Bringing it back to the hospital system where my wife works... Do you know why they made that move? The (alleged) Affordable Healthcare Act. Although you will never see a formal memo on the hospital's letterhead indicating so, there has been little effort to keep that fact quiet. Is this a case of corporate greed and an instance where a company did something because they COULD rather than they HAD to? Perhaps. However, ultimately there were new laws enacted by the government to "help" the average American worker and all it did was screw over a bunch of people.




That aside, I'm probably going to regret bringing abortion into this, but I find it curious that the people who are usually pro life are also usually the ones who want to keep in place laws that make babies financially devastating. The more able people are to have children, the fewer they will abort.


Hey, I often bring things up that I suspect I will regret... so you have company there.

I'm not trying to be argumentative but I think you aren't seeing the forest for the trees on this one. I think you are looking at those six weeks and saying that pro life (conservatives or republicans or whatever) people are making having babies devastating financially. I would argue that having a decent job for years and decades supersedes six weeks of relative comfort.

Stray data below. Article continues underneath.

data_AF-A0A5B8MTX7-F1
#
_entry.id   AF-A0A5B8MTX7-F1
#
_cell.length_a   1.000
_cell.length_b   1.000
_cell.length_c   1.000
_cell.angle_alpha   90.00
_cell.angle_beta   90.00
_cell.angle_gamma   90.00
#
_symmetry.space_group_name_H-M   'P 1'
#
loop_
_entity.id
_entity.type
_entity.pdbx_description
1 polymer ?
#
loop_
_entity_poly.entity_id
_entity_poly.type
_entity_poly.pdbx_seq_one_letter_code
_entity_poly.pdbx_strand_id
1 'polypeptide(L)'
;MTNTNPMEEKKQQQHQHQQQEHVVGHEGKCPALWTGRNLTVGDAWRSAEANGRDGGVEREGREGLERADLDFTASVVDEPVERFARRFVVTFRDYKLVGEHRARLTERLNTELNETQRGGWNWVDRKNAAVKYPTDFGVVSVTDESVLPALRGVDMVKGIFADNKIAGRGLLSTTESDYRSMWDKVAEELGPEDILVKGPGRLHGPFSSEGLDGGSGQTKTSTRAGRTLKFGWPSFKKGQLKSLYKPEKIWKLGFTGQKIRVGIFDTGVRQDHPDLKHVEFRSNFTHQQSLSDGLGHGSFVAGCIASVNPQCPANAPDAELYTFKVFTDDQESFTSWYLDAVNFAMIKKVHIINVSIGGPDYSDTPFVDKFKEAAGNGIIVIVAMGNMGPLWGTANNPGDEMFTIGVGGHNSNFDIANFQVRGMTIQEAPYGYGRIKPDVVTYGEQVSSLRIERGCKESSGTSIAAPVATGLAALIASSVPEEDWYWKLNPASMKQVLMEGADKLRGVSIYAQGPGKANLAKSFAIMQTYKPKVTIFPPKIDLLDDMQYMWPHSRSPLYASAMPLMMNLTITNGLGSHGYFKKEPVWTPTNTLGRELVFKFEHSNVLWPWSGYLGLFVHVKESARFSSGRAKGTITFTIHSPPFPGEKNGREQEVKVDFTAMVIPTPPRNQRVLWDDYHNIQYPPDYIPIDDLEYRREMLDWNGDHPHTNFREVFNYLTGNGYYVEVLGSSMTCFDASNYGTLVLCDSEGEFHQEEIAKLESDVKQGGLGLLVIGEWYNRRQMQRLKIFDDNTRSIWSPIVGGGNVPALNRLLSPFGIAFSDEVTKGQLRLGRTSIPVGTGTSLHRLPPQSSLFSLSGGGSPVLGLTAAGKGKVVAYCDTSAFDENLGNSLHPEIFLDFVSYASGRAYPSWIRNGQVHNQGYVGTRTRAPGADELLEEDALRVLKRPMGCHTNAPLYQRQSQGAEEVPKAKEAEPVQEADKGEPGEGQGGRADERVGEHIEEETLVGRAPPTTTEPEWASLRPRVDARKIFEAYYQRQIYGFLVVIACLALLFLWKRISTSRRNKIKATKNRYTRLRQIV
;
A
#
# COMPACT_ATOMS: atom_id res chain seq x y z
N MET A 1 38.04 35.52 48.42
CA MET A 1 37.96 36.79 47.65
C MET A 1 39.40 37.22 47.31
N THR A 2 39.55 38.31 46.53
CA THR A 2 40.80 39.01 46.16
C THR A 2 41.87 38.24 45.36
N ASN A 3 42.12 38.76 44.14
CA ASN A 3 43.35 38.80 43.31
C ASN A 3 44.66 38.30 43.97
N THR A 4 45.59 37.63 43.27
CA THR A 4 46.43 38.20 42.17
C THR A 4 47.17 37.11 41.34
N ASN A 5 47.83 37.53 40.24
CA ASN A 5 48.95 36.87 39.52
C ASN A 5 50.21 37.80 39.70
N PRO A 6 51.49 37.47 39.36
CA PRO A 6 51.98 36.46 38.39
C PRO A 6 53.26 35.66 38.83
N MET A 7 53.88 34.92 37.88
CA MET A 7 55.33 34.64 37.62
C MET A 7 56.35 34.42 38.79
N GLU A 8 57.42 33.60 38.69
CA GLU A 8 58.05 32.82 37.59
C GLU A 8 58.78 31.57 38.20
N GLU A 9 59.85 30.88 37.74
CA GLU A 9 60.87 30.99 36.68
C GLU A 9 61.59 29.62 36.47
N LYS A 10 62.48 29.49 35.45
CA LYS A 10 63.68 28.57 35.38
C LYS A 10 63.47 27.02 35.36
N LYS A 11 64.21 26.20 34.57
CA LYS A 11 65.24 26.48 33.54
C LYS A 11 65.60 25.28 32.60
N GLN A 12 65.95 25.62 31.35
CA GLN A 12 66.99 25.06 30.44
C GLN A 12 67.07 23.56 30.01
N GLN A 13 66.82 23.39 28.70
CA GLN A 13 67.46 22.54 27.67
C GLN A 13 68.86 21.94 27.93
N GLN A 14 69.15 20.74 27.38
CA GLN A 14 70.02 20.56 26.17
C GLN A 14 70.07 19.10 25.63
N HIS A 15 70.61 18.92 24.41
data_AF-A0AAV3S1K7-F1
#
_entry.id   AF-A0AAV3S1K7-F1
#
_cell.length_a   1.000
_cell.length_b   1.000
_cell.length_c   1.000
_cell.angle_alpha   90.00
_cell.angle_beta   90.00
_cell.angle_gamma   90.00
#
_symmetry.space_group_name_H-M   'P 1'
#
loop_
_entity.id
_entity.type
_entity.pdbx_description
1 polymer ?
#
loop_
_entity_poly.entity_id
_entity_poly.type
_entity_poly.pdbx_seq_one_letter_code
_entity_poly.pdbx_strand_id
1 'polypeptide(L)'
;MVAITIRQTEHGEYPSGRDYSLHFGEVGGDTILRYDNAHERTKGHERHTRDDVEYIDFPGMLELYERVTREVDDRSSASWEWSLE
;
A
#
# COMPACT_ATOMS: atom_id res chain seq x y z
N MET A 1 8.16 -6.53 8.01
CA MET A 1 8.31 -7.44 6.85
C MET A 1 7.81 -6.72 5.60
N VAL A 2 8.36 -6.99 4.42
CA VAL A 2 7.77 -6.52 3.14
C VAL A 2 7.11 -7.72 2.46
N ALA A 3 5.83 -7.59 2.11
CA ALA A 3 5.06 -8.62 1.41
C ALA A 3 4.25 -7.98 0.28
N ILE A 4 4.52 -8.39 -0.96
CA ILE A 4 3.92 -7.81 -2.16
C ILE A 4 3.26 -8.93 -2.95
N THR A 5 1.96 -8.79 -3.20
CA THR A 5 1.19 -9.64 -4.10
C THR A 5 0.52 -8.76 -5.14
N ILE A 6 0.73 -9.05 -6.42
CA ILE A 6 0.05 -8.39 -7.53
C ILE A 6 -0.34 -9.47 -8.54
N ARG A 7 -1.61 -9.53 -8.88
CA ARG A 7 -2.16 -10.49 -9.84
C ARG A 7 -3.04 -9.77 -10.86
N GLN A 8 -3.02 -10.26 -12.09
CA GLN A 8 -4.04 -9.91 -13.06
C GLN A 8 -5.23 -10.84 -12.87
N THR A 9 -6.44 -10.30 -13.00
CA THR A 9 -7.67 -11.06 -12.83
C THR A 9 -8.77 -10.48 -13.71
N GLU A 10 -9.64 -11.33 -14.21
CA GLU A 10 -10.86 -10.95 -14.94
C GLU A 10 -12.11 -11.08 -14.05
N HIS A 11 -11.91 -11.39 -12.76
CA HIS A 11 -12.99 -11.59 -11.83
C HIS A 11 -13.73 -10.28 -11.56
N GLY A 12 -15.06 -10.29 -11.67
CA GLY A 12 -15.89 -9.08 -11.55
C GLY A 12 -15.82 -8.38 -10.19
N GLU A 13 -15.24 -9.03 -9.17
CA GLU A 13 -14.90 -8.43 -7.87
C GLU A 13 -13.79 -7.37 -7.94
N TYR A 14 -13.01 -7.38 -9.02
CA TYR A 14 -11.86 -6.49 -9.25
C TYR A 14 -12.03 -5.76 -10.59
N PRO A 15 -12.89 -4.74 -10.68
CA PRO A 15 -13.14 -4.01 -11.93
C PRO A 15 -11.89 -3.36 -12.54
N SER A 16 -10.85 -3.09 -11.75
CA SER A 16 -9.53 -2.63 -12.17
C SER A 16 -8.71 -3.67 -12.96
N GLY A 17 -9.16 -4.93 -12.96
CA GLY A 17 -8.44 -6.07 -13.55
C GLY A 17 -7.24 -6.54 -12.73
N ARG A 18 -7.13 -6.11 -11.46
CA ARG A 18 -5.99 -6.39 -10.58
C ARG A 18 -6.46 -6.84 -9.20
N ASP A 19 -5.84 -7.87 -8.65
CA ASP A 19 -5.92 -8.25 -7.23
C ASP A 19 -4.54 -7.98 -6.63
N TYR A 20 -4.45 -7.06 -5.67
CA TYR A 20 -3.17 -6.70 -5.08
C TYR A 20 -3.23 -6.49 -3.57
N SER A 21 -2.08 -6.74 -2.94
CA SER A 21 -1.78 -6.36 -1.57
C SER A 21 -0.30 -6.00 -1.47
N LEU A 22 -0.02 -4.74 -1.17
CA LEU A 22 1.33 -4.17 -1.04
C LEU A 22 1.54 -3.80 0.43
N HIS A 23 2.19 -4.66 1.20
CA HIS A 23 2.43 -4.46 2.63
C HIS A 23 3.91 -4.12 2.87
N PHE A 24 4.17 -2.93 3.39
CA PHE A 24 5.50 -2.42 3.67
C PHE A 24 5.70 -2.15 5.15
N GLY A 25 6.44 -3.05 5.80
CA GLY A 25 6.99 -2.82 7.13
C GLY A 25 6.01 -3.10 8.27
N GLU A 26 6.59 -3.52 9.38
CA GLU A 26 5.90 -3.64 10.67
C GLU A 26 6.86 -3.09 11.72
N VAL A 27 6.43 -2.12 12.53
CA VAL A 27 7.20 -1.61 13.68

Edit to Add: My advice to any business that can possibly afford it would be to suggest they have some sort of sick-day policy. I say this not because it shows compassion for the employee but that in the long run it may save them money. One sick person at work can spread the cough or cold or whatever and suddenly you have multiple people calling out. Even if a company isn't paying for sick days this can cost them dearly.


edit on 8-4-2016 by eluryh22 because: (no reason given)




top topics
 
5
<< 1  2   >>

log in

join